According to a recent survey from employment site CareerBuilder, nearly 1 in 5 employees (about 21 percent of the workforce) are planning to leave their current employers. If you’re in this group, it’s time to dust off the résumé and update it to land a job interview. Here are 10 tips to get your résumé to the top of the pile.
1. Components of your résumé may vary, but should include:
Personal contact information in the heading; if you are submitting your résumé to an online job board, you may want to omit your home address.
An objective or summary of skills at the beginning, or both.
An education section. You may want to highlight any training if you are switching to a new field.
Relevant professional experience.
Optional: affiliations, awards or publications as they relate to the position for which you are applying.
2. Be both a generalist and a specialist.
You will want to have a generic résumé that you can post widely on job boards, as well as a more tailored one for each individual job opening.
3. Your education does not always need to go at the end.
Especially if you are a career changer and have recent education or training in a new professional area, you should list these new skills closer to the top of the résumé.
4. Use your real estate wisely.
Rather than use a generic heading like “Summary of Skills” or “Objective,” use that space to highlight your particular area of skill. Examples: Marketing and team leadership expertise, or English as a Second Language educational professional.
5. Proofread, proofread and proofread some more.
6. Use verbs and check their tenses.
Get away from the overused “managed” or “developed.” Use a thesaurus or search online, such as Boston College’s Resume Power Verb. When describing your current position, use the verb’s present tense (“manage a team of 12,” “coordinate weekly newsletter preparation”). If you are describing a previous position, use the past tense (“managed a team of 12,” “coordinated weekly newsletter preparation”).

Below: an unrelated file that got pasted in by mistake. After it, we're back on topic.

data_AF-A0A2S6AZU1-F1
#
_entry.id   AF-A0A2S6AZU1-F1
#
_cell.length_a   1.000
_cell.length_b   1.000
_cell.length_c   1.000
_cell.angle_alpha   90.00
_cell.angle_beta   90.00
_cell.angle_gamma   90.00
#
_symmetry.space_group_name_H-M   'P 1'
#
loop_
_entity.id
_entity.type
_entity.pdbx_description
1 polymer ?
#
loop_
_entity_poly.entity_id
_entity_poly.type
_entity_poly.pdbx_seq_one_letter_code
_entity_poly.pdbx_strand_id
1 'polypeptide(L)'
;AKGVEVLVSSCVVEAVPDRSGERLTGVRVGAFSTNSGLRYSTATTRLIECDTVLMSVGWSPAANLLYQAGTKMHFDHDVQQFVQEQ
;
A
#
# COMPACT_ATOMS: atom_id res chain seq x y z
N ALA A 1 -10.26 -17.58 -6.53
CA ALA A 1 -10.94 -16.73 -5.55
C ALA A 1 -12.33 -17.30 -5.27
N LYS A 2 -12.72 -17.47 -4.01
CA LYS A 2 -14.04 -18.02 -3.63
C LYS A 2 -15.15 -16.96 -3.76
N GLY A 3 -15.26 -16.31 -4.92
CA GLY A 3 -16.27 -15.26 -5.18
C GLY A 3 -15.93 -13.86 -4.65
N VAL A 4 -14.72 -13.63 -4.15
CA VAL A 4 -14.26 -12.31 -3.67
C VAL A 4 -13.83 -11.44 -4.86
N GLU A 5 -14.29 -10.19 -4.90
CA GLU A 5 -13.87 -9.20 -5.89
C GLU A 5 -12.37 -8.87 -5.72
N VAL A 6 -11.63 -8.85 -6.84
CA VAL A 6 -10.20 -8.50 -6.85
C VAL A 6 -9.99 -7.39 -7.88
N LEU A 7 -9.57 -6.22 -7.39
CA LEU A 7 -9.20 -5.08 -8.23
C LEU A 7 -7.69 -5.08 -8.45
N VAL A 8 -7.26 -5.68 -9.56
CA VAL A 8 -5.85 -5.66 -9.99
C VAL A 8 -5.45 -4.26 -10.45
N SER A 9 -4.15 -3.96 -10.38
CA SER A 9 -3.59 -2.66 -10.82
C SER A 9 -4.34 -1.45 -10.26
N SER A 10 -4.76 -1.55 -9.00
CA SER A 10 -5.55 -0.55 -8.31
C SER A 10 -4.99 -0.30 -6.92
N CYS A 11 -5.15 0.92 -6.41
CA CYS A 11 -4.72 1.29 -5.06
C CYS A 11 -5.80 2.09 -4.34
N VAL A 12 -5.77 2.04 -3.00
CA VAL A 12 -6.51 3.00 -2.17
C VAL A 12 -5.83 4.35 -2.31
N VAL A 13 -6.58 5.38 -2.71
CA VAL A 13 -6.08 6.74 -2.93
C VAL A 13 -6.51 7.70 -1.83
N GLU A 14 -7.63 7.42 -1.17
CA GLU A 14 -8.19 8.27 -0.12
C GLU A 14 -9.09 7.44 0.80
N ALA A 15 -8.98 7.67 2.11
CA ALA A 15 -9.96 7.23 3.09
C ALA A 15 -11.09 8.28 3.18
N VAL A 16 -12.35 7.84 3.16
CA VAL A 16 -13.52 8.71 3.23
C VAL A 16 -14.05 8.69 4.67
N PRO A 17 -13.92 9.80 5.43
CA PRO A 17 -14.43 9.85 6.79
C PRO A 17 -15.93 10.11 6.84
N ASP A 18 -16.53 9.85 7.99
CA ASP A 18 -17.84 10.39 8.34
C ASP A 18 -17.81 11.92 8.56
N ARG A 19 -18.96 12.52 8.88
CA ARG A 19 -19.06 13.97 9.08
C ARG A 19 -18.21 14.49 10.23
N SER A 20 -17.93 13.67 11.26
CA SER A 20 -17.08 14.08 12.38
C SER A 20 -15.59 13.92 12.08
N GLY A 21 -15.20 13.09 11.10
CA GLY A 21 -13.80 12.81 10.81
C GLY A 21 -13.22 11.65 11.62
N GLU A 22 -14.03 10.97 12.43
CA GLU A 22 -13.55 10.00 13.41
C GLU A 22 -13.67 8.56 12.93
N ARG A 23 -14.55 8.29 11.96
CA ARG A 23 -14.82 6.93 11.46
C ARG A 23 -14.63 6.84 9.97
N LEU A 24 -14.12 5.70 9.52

7. Balance relevance and chronology.
You want your most relevant experience to jump out at your future employer. Link your relevant experience and skills in reverse chronological experience. Rather than labeling your relevant experience as “Relevant Experience,” use “Construction and Sustainable Design Experience,” and list the positions (paid or unpaid) in reverse chronological order. Under each job or role, use a maximum of six bullet points to describe the relevant experience.
8. Quantify whenever possible.
Employers need to be able to translate your skills to the size of their operation. Try to quantify values whenever you can; i.e, “Managed 15 team members on company move,” “Saved employer $100,000 over three years,” “Built and fostered relationships with 20-plus community partners, contributing to more than $500,000 of growth.”
9. More is not necessarily more.
Most modern résumés can be contained to one page, though that may be difficult if it means paring down your extensive experience. Remember that you are focusing on relevant experience, so you do not need to include every paid or unpaid position that you have held. Challenge yourself to create a one-page document. If you absolutely feel like you need a second page, make sure you are using that space wisely, knowing that a possible employer may not pay much attention to the second page. Three-page résumés are generally reserved for academic CVs.
10. Use their language.
Match the language you use to describe your skills and experience to mirror the job posting. If you are sending in your résumé without a particular vacancy, pull this language from the company’s website or other publications that demonstrate the company’s philosophy, goals, challenges and overall personality. Matching language is also helpful if you’ll be submitting your résumé to a database that uses scanning.